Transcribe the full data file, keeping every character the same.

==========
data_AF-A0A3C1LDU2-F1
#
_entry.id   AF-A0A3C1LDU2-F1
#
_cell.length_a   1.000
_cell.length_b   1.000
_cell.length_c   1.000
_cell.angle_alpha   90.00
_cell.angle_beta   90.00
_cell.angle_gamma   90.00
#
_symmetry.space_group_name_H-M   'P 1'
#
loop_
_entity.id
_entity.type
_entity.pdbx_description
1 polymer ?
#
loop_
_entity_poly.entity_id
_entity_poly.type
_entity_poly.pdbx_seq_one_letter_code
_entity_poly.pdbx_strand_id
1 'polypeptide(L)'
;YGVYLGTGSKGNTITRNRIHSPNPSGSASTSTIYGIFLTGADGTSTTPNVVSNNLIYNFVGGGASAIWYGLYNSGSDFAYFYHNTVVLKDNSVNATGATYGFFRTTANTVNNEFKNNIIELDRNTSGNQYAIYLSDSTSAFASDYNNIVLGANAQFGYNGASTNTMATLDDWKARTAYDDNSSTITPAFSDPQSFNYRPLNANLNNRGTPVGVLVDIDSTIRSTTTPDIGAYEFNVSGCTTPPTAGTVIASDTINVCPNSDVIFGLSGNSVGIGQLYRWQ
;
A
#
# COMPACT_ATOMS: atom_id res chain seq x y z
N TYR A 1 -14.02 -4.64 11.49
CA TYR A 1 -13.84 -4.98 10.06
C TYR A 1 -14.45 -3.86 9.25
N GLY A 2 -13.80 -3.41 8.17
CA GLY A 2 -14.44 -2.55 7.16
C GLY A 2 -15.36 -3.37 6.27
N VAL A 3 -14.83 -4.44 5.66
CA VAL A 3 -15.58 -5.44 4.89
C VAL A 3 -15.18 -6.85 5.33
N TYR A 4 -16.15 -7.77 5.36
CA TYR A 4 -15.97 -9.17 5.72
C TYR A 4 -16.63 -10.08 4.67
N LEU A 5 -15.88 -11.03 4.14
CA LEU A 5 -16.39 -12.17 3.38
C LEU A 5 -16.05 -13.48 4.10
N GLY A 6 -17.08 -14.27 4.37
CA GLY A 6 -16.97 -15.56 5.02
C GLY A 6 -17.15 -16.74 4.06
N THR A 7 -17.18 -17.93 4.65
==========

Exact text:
data_AF-A0A3C1LDU2-F1
#
_entry.id   AF-A0A3C1LDU2-F1
#
_cell.length_a   1.000
_cell.length_b   1.000
_cell.length_c   1.000
_cell.angle_alpha   90.00
_cell.angle_beta   90.00
_cell.angle_gamma   90.00
#
_symmetry.space_group_name_H-M   'P 1'
#
loop_
_entity.id
_entity.type
_entity.pdbx_description
1 polymer ?
#
loop_
_entity_poly.entity_id
_entity_poly.type
_entity_poly.pdbx_seq_one_letter_code
_entity_poly.pdbx_strand_id
1 'polypeptide(L)'
;YGVYLGTGSKGNTITRNRIHSPNPSGSASTSTIYGIFLTGADGTSTTPNVVSNNLIYNFVGGGASAIWYGLYNSGSDFAYFYHNTVVLKDNSVNATGATYGFFRTTANTVNNEFKNNIIELDRNTSGNQYAIYLSDSTSAFASDYNNIVLGANAQFGYNGASTNTMATLDDWKARTAYDDNSSTITPAFSDPQSFNYRPLNANLNNRGTPVGVLVDIDSTIRSTTTPDIGAYEFNVSGCTTPPTAGTVIASDTINVCPNSDVIFGLSGNSVGIGQLYRWQ
;
A
#
# COMPACT_ATOMS: atom_id res chain seq x y z
N TYR A 1 -14.02 -4.64 11.49
CA TYR A 1 -13.84 -4.98 10.06
C TYR A 1 -14.45 -3.86 9.25
N GLY A 2 -13.80 -3.41 8.17
CA GLY A 2 -14.44 -2.55 7.16
C GLY A 2 -15.36 -3.37 6.27
N VAL A 3 -14.83 -4.44 5.66
CA VAL A 3 -15.58 -5.44 4.89
C VAL A 3 -15.18 -6.85 5.33
N TYR A 4 -16.15 -7.77 5.36
CA TYR A 4 -15.97 -9.17 5.72
C TYR A 4 -16.63 -10.08 4.67
N LEU A 5 -15.88 -11.03 4.14
CA LEU A 5 -16.39 -12.17 3.38
C LEU A 5 -16.05 -13.48 4.10
N GLY A 6 -17.08 -14.27 4.37
CA GLY A 6 -16.97 -15.56 5.02
C GLY A 6 -17.15 -16.74 4.06
N THR A 7 -17.18 -17.93 4.65